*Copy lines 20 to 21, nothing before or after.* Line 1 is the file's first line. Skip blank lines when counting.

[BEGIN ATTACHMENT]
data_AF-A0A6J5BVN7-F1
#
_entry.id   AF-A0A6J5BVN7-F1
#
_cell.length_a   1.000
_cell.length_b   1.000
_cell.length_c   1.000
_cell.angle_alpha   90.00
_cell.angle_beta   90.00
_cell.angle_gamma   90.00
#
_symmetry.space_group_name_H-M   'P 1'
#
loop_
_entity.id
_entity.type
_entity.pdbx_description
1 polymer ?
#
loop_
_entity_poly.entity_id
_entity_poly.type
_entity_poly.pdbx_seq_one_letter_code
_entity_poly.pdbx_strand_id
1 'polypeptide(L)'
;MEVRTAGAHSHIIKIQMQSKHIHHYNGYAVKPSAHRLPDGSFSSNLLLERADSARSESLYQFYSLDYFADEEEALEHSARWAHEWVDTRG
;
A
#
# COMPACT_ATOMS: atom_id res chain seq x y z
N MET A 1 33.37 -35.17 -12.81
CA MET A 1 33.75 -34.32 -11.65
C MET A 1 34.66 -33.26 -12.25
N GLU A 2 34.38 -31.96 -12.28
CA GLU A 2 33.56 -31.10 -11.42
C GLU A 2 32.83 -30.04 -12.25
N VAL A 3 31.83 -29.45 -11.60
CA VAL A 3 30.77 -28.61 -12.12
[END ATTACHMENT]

loop_
_entity_poly.entity_id